Rachel Smith, a Ph.D. student in Community Psychology, recently received a National Science Foundation Graduate Research Fellowship. The competitive fellowship, which receives more than 14,000 applications each year, funds only 2,000 applicants. With the fellowship, Rachel will receive tuition and research funding for the next three years, as she completes her Ph.D. program. She is conducting her research under the direction of her advisor, Dr. Eric Mankowski.
Rachel’s research will focus on intimate partner violence (IPV) in the lesbian, gay, bi-sexual, and transgender (LGBT) communities, with specific emphasis on IPV in female same-sex relationships. Through research she began as an undergraduate at Georgia State University, Rachel determined that current methods for identification and intervention of IPV have been informed by research for heterosexual relationships but not same sex relationships.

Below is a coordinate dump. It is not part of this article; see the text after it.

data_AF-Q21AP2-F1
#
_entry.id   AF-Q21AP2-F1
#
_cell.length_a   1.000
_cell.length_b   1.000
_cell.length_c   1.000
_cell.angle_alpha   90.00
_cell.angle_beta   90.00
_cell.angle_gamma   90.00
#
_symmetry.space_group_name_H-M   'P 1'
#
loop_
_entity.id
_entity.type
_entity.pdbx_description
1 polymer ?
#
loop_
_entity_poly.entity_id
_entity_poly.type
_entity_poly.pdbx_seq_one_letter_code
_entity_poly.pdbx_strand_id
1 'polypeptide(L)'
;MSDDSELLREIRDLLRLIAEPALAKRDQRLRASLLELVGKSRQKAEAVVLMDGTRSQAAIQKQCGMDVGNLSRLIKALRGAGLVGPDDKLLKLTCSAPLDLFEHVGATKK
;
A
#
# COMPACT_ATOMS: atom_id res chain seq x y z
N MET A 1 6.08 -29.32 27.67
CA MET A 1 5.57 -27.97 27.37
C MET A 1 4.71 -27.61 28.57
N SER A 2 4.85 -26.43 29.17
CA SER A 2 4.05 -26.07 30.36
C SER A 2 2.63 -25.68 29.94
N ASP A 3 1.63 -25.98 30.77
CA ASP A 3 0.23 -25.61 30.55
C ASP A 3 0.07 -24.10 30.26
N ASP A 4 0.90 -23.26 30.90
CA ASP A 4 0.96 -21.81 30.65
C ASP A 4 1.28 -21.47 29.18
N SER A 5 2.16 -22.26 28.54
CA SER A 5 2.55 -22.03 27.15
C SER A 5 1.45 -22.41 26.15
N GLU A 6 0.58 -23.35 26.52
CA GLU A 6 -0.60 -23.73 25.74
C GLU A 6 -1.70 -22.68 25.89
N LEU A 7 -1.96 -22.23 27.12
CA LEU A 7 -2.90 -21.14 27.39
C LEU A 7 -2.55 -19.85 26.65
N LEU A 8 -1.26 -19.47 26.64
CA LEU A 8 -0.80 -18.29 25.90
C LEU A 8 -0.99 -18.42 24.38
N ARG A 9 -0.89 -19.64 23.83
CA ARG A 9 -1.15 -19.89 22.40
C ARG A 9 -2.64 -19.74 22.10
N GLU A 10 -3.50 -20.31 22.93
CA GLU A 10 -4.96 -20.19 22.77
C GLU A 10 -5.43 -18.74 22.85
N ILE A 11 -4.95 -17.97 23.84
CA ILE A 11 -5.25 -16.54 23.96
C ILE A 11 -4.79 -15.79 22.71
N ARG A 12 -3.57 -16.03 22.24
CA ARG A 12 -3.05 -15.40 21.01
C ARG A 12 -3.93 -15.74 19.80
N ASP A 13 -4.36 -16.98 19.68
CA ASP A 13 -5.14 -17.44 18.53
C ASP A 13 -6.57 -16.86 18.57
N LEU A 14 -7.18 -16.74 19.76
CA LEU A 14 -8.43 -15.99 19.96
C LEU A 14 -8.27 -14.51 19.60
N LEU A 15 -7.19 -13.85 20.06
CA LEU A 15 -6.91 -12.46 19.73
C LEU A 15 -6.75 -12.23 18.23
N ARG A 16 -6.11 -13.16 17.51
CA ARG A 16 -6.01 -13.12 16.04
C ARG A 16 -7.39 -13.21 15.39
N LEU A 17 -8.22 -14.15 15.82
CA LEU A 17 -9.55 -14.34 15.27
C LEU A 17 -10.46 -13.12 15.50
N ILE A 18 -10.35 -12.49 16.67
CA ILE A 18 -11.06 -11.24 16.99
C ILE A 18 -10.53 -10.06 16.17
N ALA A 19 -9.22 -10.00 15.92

In an effort to resist the exclusion of already marginalized populations, including sexual and gender minorities, Rachel’s approach to intervention and prevention research will systematically examine the casual factors and mechanisms that underlie violence and how they vary in accordance to a person's marginalized or privileged identity.
With the help of her National Science Foundation Fellowship funding, Rachel will conduct three phases of research, including organizing focus groups along the West Coast to help test the validity of current intervention and prevention strategy tools. Her work will also look to examine how the unique experiences of LGBT communities influence the occurrence of intimate partner and sexual violence.
In addition to conducting her research, Rachel worked as part of a team to help evaluate a University-wide project aimed at informing students about policies regarding sexual misconduct and is an active member of the intervention and prevention community in Oregon, including working an internship at the Oregon Sexual Assault Task Force (SATF).
Rachel intends to apply her research to help implement more effective intervention and prevention strategies for intimate partner and sexual violence in the LGBT communities.
Read more of Rachel’s research here.